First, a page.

Greater Police Accountability for Confiscated Property

by: Matt Newburg

10/08/2015 09:20 PM EST
Tags:
  criminal  
  criminal law  

Local police departments will find it more difficult to keep and sell confiscated property under legislation that has sailed through both the Michigan House and Senate.

On Oct. 7, the Senate unanimously passed a seven-bill package aimed at reforming Michigan’s civil forfeiture law. The House passed the legislation several months ago with little opposition.

House Bills 4499, 4500, 4503, 4504, 4505, 4506 and 4507 are now on Gov. Rick Snyder’s desk. He is expected to sign them.

The bills will overhaul Michigan’s civil forfeiture system, which permits law enforcement agencies to take property associated with an alleged crime. Under current law, police departments can keep confiscated property indefinitely, even if the owner is never charged or convicted of a crime. Law enforcement agencies can also sell the seized property and retain the proceeds to supplement their budgets. Critics say the existing system incentivizes property seizures and invites abuse.

Under HBs 4500, 4503, 4504, 4506 and 4507, law enforcement would be required to file detailed annual reports with the state when property is taken. These reports would have to indicate whether the person was convicted or charged with a crime, the value of the assets and a description of the property, among other things. This information would be compiled by state police and posted online.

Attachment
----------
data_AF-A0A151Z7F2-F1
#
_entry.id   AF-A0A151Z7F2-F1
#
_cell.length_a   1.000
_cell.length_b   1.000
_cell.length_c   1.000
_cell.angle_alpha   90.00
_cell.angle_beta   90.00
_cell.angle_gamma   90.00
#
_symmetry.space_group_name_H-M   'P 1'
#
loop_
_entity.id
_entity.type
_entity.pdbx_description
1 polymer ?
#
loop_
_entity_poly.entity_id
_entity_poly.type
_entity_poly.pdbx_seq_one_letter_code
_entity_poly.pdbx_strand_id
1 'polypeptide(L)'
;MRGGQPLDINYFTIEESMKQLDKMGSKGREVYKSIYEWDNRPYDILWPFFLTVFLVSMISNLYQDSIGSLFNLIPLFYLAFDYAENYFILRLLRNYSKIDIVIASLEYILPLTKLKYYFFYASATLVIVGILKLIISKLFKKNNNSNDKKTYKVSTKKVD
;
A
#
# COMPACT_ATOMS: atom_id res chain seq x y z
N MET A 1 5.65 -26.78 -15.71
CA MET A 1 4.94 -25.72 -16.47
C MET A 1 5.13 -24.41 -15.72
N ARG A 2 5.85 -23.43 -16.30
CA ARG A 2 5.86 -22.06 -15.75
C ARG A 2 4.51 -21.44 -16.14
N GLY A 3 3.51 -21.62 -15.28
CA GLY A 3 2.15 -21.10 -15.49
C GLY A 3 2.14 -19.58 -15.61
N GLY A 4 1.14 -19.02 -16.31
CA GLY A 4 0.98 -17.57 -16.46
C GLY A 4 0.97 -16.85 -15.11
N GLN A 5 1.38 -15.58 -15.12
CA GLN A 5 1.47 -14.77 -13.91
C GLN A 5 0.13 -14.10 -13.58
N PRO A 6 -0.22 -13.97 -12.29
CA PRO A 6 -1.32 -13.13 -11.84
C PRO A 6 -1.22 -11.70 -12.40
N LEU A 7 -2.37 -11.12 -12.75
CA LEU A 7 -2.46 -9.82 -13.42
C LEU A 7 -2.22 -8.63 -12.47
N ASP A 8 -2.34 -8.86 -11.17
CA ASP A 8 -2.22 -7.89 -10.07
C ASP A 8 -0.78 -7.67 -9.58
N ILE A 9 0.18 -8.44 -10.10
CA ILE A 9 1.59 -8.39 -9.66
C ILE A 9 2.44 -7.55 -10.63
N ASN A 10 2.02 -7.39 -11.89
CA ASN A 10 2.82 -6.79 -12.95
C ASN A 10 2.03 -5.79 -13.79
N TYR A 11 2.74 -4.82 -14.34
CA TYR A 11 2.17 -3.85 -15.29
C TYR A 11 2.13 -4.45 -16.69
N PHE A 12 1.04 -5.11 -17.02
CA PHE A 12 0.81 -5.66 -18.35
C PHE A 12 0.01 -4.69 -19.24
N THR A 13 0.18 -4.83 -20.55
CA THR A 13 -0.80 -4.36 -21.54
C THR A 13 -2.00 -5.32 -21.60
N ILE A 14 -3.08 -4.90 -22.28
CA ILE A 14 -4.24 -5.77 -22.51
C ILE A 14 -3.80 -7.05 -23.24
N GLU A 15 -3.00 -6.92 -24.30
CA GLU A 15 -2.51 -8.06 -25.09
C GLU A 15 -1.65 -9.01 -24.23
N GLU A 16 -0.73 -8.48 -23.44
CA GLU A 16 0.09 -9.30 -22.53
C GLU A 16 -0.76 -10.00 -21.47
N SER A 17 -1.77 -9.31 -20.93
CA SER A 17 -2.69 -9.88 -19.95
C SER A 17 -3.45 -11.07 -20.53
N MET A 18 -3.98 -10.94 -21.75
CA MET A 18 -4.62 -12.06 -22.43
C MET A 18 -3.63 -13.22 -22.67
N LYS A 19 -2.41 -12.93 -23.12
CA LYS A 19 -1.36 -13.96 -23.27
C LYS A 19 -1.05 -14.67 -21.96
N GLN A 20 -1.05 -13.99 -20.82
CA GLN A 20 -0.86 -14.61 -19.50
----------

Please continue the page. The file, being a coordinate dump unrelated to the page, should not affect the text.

Meanwhile, HBs 4499 and 4505 would impose a “clear and convincing evidence” standard to keep certain confiscated property. Right now, the law requires there be a “preponderance of the evidence” for the police to retain property. Some have argued, however, the standard should really be “beyond a reasonable doubt,” which is required for criminal convictions.

The Mackinac Center for Public Policy and the American Civil Liberties Union have both applauded civil forfeiture reform in Michigan. They assert the state should not be able to take a person’s property unless the person has been convicted of a crime. Others have taken it a step further and said that, to fully protect Michigan citizens, civil forfeiture should be eliminated entirely.

In 2013, Michigan police departments reported $24.3 million in civil asset forfeitures, according to numbers from the Michigan State Police. These figures include only drug-specific cases, and some agencies never filed a report.

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